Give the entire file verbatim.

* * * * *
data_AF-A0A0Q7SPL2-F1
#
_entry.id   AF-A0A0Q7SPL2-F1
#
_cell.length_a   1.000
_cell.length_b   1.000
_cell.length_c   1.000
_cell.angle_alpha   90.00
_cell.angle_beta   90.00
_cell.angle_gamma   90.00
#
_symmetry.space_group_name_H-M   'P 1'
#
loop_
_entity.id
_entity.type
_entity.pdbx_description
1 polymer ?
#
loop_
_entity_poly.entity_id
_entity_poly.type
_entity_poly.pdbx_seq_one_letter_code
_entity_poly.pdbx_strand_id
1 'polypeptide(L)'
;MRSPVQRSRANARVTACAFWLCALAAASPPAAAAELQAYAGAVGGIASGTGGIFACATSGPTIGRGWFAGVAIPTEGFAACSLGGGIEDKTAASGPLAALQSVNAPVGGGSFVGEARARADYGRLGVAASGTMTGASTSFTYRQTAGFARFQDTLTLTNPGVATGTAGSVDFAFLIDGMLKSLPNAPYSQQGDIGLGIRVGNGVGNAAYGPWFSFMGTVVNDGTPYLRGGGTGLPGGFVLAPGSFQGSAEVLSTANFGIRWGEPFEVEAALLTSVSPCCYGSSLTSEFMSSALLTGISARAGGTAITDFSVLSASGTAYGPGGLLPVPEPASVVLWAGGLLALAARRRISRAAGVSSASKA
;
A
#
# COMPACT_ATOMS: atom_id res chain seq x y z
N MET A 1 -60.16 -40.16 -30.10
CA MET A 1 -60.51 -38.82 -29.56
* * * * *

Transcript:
data_AF-A0A0Q7SPL2-F1
#
_entry.id   AF-A0A0Q7SPL2-F1
#
_cell.length_a   1.000
_cell.length_b   1.000
_cell.length_c   1.000
_cell.angle_alpha   90.00
_cell.angle_beta   90.00
_cell.angle_gamma   90.00
#
_symmetry.space_group_name_H-M   'P 1'
#
loop_
_entity.id
_entity.type
_entity.pdbx_description
1 polymer ?
#
loop_
_entity_poly.entity_id
_entity_poly.type
_entity_poly.pdbx_seq_one_letter_code
_entity_poly.pdbx_strand_id
1 'polypeptide(L)'
;MRSPVQRSRANARVTACAFWLCALAAASPPAAAAELQAYAGAVGGIASGTGGIFACATSGPTIGRGWFAGVAIPTEGFAACSLGGGIEDKTAASGPLAALQSVNAPVGGGSFVGEARARADYGRLGVAASGTMTGASTSFTYRQTAGFARFQDTLTLTNPGVATGTAGSVDFAFLIDGMLKSLPNAPYSQQGDIGLGIRVGNGVGNAAYGPWFSFMGTVVNDGTPYLRGGGTGLPGGFVLAPGSFQGSAEVLSTANFGIRWGEPFEVEAALLTSVSPCCYGSSLTSEFMSSALLTGISARAGGTAITDFSVLSASGTAYGPGGLLPVPEPASVVLWAGGLLALAARRRISRAAGVSSASKA
;
A
#
# COMPACT_ATOMS: atom_id res chain seq x y z
N MET A 1 -60.16 -40.16 -30.10
CA MET A 1 -60.51 -38.82 -29.56